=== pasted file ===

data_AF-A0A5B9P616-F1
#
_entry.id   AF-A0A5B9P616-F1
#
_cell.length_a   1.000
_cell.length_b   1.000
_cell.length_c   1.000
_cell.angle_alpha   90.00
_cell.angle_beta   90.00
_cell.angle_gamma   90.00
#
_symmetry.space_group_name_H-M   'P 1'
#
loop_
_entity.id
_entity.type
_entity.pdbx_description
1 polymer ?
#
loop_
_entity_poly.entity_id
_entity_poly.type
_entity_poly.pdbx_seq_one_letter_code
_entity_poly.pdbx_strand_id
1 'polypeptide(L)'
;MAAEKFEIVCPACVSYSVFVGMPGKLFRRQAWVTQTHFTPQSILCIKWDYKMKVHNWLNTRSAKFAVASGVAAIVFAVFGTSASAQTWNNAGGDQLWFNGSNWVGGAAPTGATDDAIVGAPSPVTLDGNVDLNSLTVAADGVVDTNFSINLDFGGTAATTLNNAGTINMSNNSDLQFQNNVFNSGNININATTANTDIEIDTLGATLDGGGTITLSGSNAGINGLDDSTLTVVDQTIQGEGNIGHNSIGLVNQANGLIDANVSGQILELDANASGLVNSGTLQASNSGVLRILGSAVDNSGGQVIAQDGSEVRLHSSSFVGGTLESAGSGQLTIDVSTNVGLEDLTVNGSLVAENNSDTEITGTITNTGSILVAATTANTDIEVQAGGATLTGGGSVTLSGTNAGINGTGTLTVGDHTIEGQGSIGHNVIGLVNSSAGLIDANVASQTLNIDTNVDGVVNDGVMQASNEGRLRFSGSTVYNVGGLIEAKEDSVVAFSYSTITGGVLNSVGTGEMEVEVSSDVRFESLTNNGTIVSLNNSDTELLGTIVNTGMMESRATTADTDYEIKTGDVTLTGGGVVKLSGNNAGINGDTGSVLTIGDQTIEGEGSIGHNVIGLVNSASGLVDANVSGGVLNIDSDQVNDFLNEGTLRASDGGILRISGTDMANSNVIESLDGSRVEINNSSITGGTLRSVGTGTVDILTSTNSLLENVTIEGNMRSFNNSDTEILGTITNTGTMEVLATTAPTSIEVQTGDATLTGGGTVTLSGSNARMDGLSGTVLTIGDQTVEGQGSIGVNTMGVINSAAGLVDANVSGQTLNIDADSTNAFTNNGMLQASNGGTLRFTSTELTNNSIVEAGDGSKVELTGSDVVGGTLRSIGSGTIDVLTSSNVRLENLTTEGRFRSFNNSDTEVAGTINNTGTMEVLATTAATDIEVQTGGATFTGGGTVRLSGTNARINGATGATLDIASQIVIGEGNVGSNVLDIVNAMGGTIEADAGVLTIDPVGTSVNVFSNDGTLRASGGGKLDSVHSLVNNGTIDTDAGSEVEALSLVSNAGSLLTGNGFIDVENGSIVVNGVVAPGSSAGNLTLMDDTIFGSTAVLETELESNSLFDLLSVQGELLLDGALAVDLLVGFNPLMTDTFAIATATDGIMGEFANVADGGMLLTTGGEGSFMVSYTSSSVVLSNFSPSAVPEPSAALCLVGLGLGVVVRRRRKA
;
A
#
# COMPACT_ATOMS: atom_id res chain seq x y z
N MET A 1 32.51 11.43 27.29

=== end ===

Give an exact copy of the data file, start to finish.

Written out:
data_AF-A0A5B9P616-F1
#
_entry.id   AF-A0A5B9P616-F1
#
_cell.length_a   1.000
_cell.length_b   1.000
_cell.length_c   1.000
_cell.angle_alpha   90.00
_cell.angle_beta   90.00
_cell.angle_gamma   90.00
#
_symmetry.space_group_name_H-M   'P 1'
#
loop_
_entity.id
_entity.type
_entity.pdbx_description
1 polymer ?
#
loop_
_entity_poly.entity_id
_entity_poly.type
_entity_poly.pdbx_seq_one_letter_code
_entity_poly.pdbx_strand_id
1 'polypeptide(L)'
;MAAEKFEIVCPACVSYSVFVGMPGKLFRRQAWVTQTHFTPQSILCIKWDYKMKVHNWLNTRSAKFAVASGVAAIVFAVFGTSASAQTWNNAGGDQLWFNGSNWVGGAAPTGATDDAIVGAPSPVTLDGNVDLNSLTVAADGVVDTNFSINLDFGGTAATTLNNAGTINMSNNSDLQFQNNVFNSGNININATTANTDIEIDTLGATLDGGGTITLSGSNAGINGLDDSTLTVVDQTIQGEGNIGHNSIGLVNQANGLIDANVSGQILELDANASGLVNSGTLQASNSGVLRILGSAVDNSGGQVIAQDGSEVRLHSSSFVGGTLESAGSGQLTIDVSTNVGLEDLTVNGSLVAENNSDTEITGTITNTGSILVAATTANTDIEVQAGGATLTGGGSVTLSGTNAGINGTGTLTVGDHTIEGQGSIGHNVIGLVNSSAGLIDANVASQTLNIDTNVDGVVNDGVMQASNEGRLRFSGSTVYNVGGLIEAKEDSVVAFSYSTITGGVLNSVGTGEMEVEVSSDVRFESLTNNGTIVSLNNSDTELLGTIVNTGMMESRATTADTDYEIKTGDVTLTGGGVVKLSGNNAGINGDTGSVLTIGDQTIEGEGSIGHNVIGLVNSASGLVDANVSGGVLNIDSDQVNDFLNEGTLRASDGGILRISGTDMANSNVIESLDGSRVEINNSSITGGTLRSVGTGTVDILTSTNSLLENVTIEGNMRSFNNSDTEILGTITNTGTMEVLATTAPTSIEVQTGDATLTGGGTVTLSGSNARMDGLSGTVLTIGDQTVEGQGSIGVNTMGVINSAAGLVDANVSGQTLNIDADSTNAFTNNGMLQASNGGTLRFTSTELTNNSIVEAGDGSKVELTGSDVVGGTLRSIGSGTIDVLTSSNVRLENLTTEGRFRSFNNSDTEVAGTINNTGTMEVLATTAATDIEVQTGGATFTGGGTVRLSGTNARINGATGATLDIASQIVIGEGNVGSNVLDIVNAMGGTIEADAGVLTIDPVGTSVNVFSNDGTLRASGGGKLDSVHSLVNNGTIDTDAGSEVEALSLVSNAGSLLTGNGFIDVENGSIVVNGVVAPGSSAGNLTLMDDTIFGSTAVLETELESNSLFDLLSVQGELLLDGALAVDLLVGFNPLMTDTFAIATATDGIMGEFANVADGGMLLTTGGEGSFMVSYTSSSVVLSNFSPSAVPEPSAALCLVGLGLGVVVRRRRKA
;
A
#
# COMPACT_ATOMS: atom_id res chain seq x y z
N MET A 1 32.51 11.43 27.29